U.K.’s ‘Warp Speed’ Booster Rollout Is Already Struggling
(Bloomberg) -- Boris Johnson’s strategy for tackling a U.K. surge in omicron infections is already facing setbacks, as medics warn of bottlenecks and staffing shortages in the vaccine booster program.
The British prime minister promised to ramp up delivery of boosters to “warp speed” to achieve its target of reaching all adults by the end of December, and late Monday announced that hundreds of new vaccine sites would open across the country, including at soccer stadiums and racecourses.
Amid reports of hours-long queues at walk-in centers, doubts are growing over how realistic the goal is as the number of daily infections hits 200,000. The government’s online booking platform has repeatedly crashed, and the Times newspaper reported National Health Service leaders as saying the year-end deadline is unlikely to be met.
“It’s a challenging logistical operation,” Deputy Prime Minister Dominic Raab said on Sky News on Tuesday. “There will be teething issues.”
Johnson said the target effectively means NHS must beat its daily record for vaccinations -- 844,000 in March -- “day after day.” The government is relying on the inoculation program, combined with relatively light curbs announced last week such as mandatory face coverings in indoor spaces, to get through the omicron crisis.
Yet the risks could escalate rapidly if the government miscalculates. Health Secretary Sajid Javid told Parliament on Monday the new coronavirus strain now accounts for 20% of confirmed Covid-19 cases in England.
With cases thought to be doubling every two to three days, there is very little wiggle room to prevent hospitals from becoming overwhelmed -- even if the omicron variant makes people less sick than delta or other strains.
The BMA, which represents U.K. doctors, is calling for the introduction of tougher measures including requiring face coverings to be worn in all hospitality settings and the limits on numbers for indoor gatherings.
“Despite describing the current situation as an ‘emergency’ with a ‘tidal wave’ of infections on the horizon, the government’s response relying entirely on the vaccine booster program is missing the wider measures required to control the spread of omicron,” it said in a statement Monday. It also warned that the NHS is “severely understaffed” and that maintaining normal services alongside the booster program is “potentially impossible.”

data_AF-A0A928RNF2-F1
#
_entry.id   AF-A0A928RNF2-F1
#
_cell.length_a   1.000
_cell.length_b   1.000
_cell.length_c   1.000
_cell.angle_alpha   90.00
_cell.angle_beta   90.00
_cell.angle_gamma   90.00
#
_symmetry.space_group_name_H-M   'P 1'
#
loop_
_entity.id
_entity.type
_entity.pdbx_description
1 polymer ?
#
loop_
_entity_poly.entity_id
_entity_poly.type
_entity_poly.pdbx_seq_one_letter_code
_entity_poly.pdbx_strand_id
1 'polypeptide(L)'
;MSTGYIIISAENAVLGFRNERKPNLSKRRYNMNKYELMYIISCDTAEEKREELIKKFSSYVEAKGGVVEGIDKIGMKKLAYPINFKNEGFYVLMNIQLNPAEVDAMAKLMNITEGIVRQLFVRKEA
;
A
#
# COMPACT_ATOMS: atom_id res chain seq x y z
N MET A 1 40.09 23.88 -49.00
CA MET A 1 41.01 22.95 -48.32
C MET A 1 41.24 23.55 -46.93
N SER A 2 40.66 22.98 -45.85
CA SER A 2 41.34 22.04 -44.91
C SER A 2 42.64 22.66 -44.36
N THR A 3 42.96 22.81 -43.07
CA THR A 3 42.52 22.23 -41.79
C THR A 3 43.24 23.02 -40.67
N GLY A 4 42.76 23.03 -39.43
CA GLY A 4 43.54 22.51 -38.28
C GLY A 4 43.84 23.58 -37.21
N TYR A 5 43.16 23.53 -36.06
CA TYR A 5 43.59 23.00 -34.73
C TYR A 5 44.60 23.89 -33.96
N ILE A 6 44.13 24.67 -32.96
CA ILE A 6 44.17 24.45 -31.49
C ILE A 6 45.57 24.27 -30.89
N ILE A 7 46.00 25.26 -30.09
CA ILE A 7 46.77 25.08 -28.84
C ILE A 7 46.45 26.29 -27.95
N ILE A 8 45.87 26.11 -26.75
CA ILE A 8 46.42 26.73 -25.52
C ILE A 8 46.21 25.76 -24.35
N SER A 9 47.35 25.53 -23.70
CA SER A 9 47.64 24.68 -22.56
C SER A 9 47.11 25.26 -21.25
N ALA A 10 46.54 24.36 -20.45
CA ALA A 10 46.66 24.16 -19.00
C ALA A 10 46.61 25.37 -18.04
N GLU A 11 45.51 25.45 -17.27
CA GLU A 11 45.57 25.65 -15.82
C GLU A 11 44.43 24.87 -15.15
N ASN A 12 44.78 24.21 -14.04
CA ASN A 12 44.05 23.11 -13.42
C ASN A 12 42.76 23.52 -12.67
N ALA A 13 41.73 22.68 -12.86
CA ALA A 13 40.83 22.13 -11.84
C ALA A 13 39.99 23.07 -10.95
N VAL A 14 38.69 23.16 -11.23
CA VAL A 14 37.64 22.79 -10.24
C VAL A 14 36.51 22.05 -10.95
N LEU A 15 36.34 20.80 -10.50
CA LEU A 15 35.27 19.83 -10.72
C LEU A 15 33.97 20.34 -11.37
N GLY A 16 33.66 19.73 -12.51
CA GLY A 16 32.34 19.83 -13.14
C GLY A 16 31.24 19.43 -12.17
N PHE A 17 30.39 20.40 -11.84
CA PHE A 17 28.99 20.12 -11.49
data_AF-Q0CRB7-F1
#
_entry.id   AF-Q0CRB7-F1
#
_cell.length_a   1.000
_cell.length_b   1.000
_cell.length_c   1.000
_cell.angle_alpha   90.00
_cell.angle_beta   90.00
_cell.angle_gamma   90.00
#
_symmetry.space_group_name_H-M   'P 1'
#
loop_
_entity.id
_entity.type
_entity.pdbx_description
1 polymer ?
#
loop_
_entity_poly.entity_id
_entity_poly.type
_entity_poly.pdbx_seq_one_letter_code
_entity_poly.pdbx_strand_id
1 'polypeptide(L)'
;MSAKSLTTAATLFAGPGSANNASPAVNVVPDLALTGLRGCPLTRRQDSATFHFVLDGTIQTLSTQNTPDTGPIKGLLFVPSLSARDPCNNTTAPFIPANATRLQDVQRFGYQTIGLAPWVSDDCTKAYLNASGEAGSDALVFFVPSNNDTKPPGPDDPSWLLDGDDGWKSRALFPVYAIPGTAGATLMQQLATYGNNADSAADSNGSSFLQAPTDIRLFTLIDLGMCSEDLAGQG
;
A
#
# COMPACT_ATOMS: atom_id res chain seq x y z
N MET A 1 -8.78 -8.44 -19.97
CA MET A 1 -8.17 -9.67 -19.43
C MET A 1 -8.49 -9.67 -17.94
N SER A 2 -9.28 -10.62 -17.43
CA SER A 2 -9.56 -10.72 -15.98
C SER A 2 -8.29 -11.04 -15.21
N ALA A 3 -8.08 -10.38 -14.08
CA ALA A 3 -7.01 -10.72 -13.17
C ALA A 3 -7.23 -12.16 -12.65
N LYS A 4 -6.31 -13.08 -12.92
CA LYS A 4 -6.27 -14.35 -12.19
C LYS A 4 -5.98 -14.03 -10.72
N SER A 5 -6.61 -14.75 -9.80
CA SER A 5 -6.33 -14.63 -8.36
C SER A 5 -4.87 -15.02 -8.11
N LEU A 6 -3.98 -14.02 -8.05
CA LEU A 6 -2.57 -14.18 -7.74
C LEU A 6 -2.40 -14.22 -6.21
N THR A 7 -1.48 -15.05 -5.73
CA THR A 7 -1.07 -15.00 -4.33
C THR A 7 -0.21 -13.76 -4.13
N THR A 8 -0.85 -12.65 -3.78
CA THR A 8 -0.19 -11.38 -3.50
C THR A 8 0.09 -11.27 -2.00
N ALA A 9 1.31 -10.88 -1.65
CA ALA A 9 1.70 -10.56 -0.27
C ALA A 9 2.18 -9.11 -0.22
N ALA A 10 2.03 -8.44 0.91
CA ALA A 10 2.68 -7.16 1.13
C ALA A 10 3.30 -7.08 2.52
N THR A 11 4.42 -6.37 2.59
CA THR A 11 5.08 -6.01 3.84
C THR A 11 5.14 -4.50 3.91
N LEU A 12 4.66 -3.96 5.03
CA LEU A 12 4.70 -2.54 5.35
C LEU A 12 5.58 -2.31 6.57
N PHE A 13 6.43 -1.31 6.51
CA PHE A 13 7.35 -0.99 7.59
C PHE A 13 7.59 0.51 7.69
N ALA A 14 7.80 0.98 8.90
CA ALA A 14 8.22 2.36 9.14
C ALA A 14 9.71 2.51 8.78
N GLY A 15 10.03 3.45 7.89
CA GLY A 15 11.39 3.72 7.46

On Monday, Johnson refused repeatedly to rule out imposing further rules before Christmas to try to contain omicron. “We take whatever steps are necessary to protect public health,” he told broadcasters, while confirming the first U.K. death linked to the variant.
Tougher curbs would put him on a collision course with members of his ruling Conservative Party, many of whom are already threatening to rebel when the measures announced last week are put to a vote in Parliament on Tuesday.
Many Tories are especially angry about the plan to require larger venues to demand customers have so-called Covid passports showing proof of vaccination or a negative test for entry. That has also alarmed businesses, which have warned of the damaging effect of the new rules on the economy.
Johnson’s spokesman, Max Blain, told reporters at a regular briefing the government has no plans to tighten rules beyond the measures being put to a vote in Parliament on Tuesday.
While the new rules are almost certain to pass because the opposition Labour Party has said it will vote for them, Johnson will be hoping the virus doesn’t again force his hand in the coming days.
Getting boosters “will save lives and help avoid more stringent restrictions later on,” Chancellor of the Exchequer Rishi Sunak said in a webcast press conference on Tuesday. “I know this is an uncertain time for many.”
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